A common problem that arises for end-users is determining what passwords are saved by their web browser if they do not have access to the Password Manager or equivalent application on their computer. The BulletsPassView utility is one of the most used freeware applications capable of performing this task. The program is a tool that is designed to reveal the passwords stored behind the asterisks in the standard password text box on the Windows operating system and Internet Explorer web browsers.
Improvements made to the BulletsPassView application from the legacy Asterisk Logger utility include support for Windows 7/8/Vista, support for Internet Explorer password text boxes, improved command line support, Unicode support to properly capture non-English language passwords, and not revealing the password inside of the password text-box itself (inside of the main window of the application only). The new version of BulletsPassView does have limitations; however, as it is not able to retrieve passwords displayed in the Chrome, FireFox, or Opera web browsers as well as the network and dial-up passwords on Windows. This is due to the fact that these applications do not save the password stored behind the asterisks to improve security.
Steps to Use BulletsPassView
Step 1 – Download the appropriate version of BulletsPassView for your computer. Please note that if you are using a 64 bit Windows computer there is a different version of the software than for 32 bit computers. You can tell if your Windows computer is a 64 bit by selecting “Start,” “Control Panel,” and “System” menu options and the OS type will be listed about half-way down the subsequently displayed screen.
Step 2 – Double-click the executable file downloaded to launch the application. The BulletsPassView program does not require an installation process. On launch, the program will make a first scan to locate any password text-boxes actively displayed and show the result on the program’s main window.
Step 3 – Open a website in Internet Explorer that has a password saved which you need to recover. Then click the “Refresh” menu button on BulletsPassView or press the “F5” key on your computer to display the password. Alternatively, the application supports an “Auto Refresh” option that is selectable under the “Options” menu to automatically scan for new passwords every few minutes.
Step 4 – Open the Windows command prompt by selecting the “Start” menu button and entering “CMD” in the search text field. Then, enter the fully qualified path to the BulletsPassView application and include “/stext <Filename>” followed by pressing the “Enter” key. This will save the list of passwords currently displayed on the computer’s screen to save the information in a simple text file.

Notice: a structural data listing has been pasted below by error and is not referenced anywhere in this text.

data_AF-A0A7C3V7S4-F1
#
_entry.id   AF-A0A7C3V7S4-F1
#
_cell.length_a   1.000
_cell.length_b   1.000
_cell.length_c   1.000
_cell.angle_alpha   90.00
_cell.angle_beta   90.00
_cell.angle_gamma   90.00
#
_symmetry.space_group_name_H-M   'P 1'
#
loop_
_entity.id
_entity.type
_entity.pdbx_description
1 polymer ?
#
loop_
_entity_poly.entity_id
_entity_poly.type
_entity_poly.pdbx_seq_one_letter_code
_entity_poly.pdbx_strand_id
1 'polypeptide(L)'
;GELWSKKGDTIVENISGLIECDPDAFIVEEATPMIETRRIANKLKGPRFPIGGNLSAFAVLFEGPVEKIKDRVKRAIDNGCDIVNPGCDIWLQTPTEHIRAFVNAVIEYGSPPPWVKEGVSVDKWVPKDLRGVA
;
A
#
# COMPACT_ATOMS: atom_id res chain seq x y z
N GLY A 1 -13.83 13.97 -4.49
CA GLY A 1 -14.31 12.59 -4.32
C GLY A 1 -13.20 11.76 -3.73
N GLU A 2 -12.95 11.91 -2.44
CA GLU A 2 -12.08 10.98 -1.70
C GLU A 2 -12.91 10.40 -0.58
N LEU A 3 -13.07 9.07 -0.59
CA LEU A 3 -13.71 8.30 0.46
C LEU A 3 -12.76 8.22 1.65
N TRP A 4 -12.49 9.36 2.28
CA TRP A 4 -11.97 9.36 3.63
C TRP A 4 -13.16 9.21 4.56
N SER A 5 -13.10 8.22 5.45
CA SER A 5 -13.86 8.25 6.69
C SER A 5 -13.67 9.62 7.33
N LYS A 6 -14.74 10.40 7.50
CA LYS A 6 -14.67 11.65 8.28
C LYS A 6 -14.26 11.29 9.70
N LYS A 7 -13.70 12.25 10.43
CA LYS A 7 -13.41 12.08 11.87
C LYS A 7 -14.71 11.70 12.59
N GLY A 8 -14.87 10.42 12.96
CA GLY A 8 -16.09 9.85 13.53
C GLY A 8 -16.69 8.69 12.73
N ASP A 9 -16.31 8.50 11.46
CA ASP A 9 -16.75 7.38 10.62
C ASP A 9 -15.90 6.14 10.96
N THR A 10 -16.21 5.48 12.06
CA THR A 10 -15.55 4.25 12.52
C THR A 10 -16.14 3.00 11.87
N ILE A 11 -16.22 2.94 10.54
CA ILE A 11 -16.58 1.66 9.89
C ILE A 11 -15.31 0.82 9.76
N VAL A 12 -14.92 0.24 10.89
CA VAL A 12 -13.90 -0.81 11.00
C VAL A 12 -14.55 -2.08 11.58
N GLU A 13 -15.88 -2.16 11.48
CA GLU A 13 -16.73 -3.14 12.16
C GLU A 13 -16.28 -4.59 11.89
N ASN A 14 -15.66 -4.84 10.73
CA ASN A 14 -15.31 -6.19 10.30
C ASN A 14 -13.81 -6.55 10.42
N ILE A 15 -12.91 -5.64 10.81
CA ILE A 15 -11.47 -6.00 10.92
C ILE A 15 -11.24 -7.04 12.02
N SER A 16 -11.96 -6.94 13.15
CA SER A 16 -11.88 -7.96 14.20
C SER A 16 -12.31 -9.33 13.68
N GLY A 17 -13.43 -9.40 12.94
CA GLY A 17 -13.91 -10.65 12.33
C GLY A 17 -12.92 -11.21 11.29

BulletsPassView Command Line Options
BulletsPassView supports a number of command line options to save on-screen data into a number of formats to include text, XML, HTML, CSV.
/stext <Filename> Save the list of bullet passwords into simple text file.
/stab <Filename> Save the list of bullet passwords into a tab-delimited text file.
/scomma <Filename> Save the list of bullet passwords into a comma-delimited text file (csv).
/stabular <Filename> Save the list of bullet passwords into a tabular text file.
/shtml <Filename> Save the list of bullet passwords into HTML file (Horizontal).
/sverhtml <Filename> Save the list of bullet passwords into HTML file (Vertical).
/sxml <Filename> Save the list of bullet passwords into XML file.
Find Stored Passwords Using Cain & Abel
Cain & Abel is able to disclose or recover stored passwords on computers using the Windows operating system (OS). The application is distributed as freeware and includes the capability to conduct password-box revealing, network sniffing, brute-force, and dictionary attacks. The application does not exploit software bugs or vulnerabilities to ensure a higher quality of service. The primary purpose of the software is to simplify the recovery of passwords and credentials for network administrators, security professionals, and security software vendors. The current version of the software is faster than previous versions and provides support for encrypted protocols such as SSH-1 and HTTPS.
Find Stored Passwords in ZIP Files Using ALZip
ALZip is freeware produced by ESTSoft and is designed to recover lost or forgotten passwords from ZIP files. ALZip allows end-users to compress, uncompress, and recover lost passwords for zip file archives. The application has a “Password Recovery” menu option that when selected will recover the lost information for the end-user.
Other Popular Password Recovery Tools
Some of the other popular password recovery tools found are the freeware utilities produced by NirSoftFreeware, Ultimate ZIP Cracker, and the Password Recovery Tool for MS Access 1.
Ultimate ZIP Cracker (shareware from VDGSoftware) recovers passwords from ZIP, ARJ, MS Word, and MS Excel formats. The program supports Brute Force attacks, Smart, Dictionary, Date, and Customized searches when recovering passwords associated with the supported file formats.
Password Recovery Tool for MS Access 1 (from Hongxin Technology & Trade) is a free tool to recover MS Access passwords. The application provides support for MS Access database files through the 2003 version. The ability to recover passwords for newer versions of Access is not stated to be supported.